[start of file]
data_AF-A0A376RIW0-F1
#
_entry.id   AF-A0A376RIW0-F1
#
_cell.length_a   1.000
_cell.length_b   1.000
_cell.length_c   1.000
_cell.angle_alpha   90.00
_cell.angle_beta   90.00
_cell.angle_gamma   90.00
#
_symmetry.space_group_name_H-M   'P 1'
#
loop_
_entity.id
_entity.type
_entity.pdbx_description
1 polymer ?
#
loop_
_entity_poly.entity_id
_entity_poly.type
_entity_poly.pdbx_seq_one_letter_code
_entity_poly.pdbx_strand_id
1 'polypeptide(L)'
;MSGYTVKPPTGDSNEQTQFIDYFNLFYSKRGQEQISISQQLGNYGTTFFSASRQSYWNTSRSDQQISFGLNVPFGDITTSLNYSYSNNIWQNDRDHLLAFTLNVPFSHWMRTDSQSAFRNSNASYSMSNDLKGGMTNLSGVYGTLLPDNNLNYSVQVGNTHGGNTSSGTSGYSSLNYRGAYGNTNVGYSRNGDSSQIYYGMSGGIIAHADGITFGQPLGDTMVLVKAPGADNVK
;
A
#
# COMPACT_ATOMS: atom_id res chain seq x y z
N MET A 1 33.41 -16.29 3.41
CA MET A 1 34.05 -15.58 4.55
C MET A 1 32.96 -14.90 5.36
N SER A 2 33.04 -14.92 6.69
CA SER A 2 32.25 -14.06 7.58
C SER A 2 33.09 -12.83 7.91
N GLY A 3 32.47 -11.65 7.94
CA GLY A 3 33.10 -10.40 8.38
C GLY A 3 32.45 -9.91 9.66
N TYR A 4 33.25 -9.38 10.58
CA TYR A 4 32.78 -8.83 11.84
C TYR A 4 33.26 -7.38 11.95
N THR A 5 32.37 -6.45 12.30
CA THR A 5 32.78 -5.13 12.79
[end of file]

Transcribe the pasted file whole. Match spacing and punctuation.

data_AF-A0A376RIW0-F1
#
_entry.id   AF-A0A376RIW0-F1
#
_cell.length_a   1.000
_cell.length_b   1.000
_cell.length_c   1.000
_cell.angle_alpha   90.00
_cell.angle_beta   90.00
_cell.angle_gamma   90.00
#
_symmetry.space_group_name_H-M   'P 1'
#
loop_
_entity.id
_entity.type
_entity.pdbx_description
1 polymer ?
#
loop_
_entity_poly.entity_id
_entity_poly.type
_entity_poly.pdbx_seq_one_letter_code
_entity_poly.pdbx_strand_id
1 'polypeptide(L)'
;MSGYTVKPPTGDSNEQTQFIDYFNLFYSKRGQEQISISQQLGNYGTTFFSASRQSYWNTSRSDQQISFGLNVPFGDITTSLNYSYSNNIWQNDRDHLLAFTLNVPFSHWMRTDSQSAFRNSNASYSMSNDLKGGMTNLSGVYGTLLPDNNLNYSVQVGNTHGGNTSSGTSGYSSLNYRGAYGNTNVGYSRNGDSSQIYYGMSGGIIAHADGITFGQPLGDTMVLVKAPGADNVK
;
A
#
# COMPACT_ATOMS: atom_id res chain seq x y z
N MET A 1 33.41 -16.29 3.41
CA MET A 1 34.05 -15.58 4.55
C MET A 1 32.96 -14.90 5.36
N SER A 2 33.04 -14.92 6.69
CA SER A 2 32.25 -14.06 7.58
C SER A 2 33.09 -12.83 7.91
N GLY A 3 32.47 -11.65 7.94
CA GLY A 3 33.10 -10.40 8.38
C GLY A 3 32.45 -9.91 9.66
N TYR A 4 33.25 -9.38 10.58
CA TYR A 4 32.78 -8.83 11.84
C TYR A 4 33.26 -7.38 11.95
N THR A 5 32.37 -6.45 12.30
CA THR A 5 32.78 -5.13 12.79